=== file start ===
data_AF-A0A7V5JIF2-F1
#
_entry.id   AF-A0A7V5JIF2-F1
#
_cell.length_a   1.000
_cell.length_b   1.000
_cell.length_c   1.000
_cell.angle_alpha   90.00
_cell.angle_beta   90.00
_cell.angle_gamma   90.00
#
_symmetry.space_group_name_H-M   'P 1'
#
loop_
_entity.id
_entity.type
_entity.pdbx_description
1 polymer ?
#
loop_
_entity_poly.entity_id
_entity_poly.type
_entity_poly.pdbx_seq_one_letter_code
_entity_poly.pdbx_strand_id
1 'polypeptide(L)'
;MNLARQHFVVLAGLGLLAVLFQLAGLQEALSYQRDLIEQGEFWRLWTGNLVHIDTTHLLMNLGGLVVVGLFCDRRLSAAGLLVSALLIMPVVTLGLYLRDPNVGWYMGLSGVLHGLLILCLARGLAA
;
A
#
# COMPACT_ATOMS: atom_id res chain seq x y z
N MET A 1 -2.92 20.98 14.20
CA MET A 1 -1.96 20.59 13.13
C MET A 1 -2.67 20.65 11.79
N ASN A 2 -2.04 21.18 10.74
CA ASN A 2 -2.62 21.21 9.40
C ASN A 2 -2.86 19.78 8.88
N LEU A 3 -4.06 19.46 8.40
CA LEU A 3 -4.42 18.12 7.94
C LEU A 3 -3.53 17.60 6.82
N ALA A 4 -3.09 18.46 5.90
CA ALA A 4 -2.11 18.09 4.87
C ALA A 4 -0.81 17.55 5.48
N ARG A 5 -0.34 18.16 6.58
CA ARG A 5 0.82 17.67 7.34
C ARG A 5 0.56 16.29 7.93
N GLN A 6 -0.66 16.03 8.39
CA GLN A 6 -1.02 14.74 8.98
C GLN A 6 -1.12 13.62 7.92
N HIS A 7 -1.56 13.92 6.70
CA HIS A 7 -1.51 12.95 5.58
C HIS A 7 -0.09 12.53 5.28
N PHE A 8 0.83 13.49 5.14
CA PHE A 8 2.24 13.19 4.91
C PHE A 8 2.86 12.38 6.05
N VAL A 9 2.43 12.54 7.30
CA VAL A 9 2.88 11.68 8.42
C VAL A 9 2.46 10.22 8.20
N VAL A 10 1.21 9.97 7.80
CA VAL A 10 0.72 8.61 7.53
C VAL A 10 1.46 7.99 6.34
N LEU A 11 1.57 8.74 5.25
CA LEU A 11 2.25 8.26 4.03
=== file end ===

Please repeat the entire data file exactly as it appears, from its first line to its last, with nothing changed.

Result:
data_AF-A0A7V5JIF2-F1
#
_entry.id   AF-A0A7V5JIF2-F1
#
_cell.length_a   1.000
_cell.length_b   1.000
_cell.length_c   1.000
_cell.angle_alpha   90.00
_cell.angle_beta   90.00
_cell.angle_gamma   90.00
#
_symmetry.space_group_name_H-M   'P 1'
#
loop_
_entity.id
_entity.type
_entity.pdbx_description
1 polymer ?
#
loop_
_entity_poly.entity_id
_entity_poly.type
_entity_poly.pdbx_seq_one_letter_code
_entity_poly.pdbx_strand_id
1 'polypeptide(L)'
;MNLARQHFVVLAGLGLLAVLFQLAGLQEALSYQRDLIEQGEFWRLWTGNLVHIDTTHLLMNLGGLVVVGLFCDRRLSAAGLLVSALLIMPVVTLGLYLRDPNVGWYMGLSGVLHGLLILCLARGLAA
;
A
#
# COMPACT_ATOMS: atom_id res chain seq x y z
N MET A 1 -2.92 20.98 14.20
CA MET A 1 -1.96 20.59 13.13
C MET A 1 -2.67 20.65 11.79
N ASN A 2 -2.04 21.18 10.74
CA ASN A 2 -2.62 21.21 9.40
C ASN A 2 -2.86 19.78 8.88
N LEU A 3 -4.06 19.46 8.40
CA LEU A 3 -4.42 18.12 7.94
C LEU A 3 -3.53 17.60 6.82
N ALA A 4 -3.09 18.46 5.90
CA ALA A 4 -2.11 18.09 4.87
C ALA A 4 -0.81 17.55 5.48
N ARG A 5 -0.34 18.16 6.58
CA ARG A 5 0.82 17.67 7.34
C ARG A 5 0.56 16.29 7.93
N GLN A 6 -0.66 16.03 8.39
CA GLN A 6 -1.02 14.74 8.98
C GLN A 6 -1.12 13.62 7.92
N HIS A 7 -1.56 13.92 6.70
CA HIS A 7 -1.51 12.95 5.58
C HIS A 7 -0.09 12.53 5.28
N PHE A 8 0.83 13.49 5.14
CA PHE A 8 2.24 13.19 4.91
C PHE A 8 2.86 12.38 6.05
N VAL A 9 2.43 12.54 7.30
CA VAL A 9 2.88 11.68 8.42
C VAL A 9 2.46 10.22 8.20
N VAL A 10 1.21 9.97 7.80
CA VAL A 10 0.72 8.61 7.53
C VAL A 10 1.46 7.99 6.34
N LEU A 11 1.57 8.74 5.25
CA LEU A 11 2.25 8.26 4.03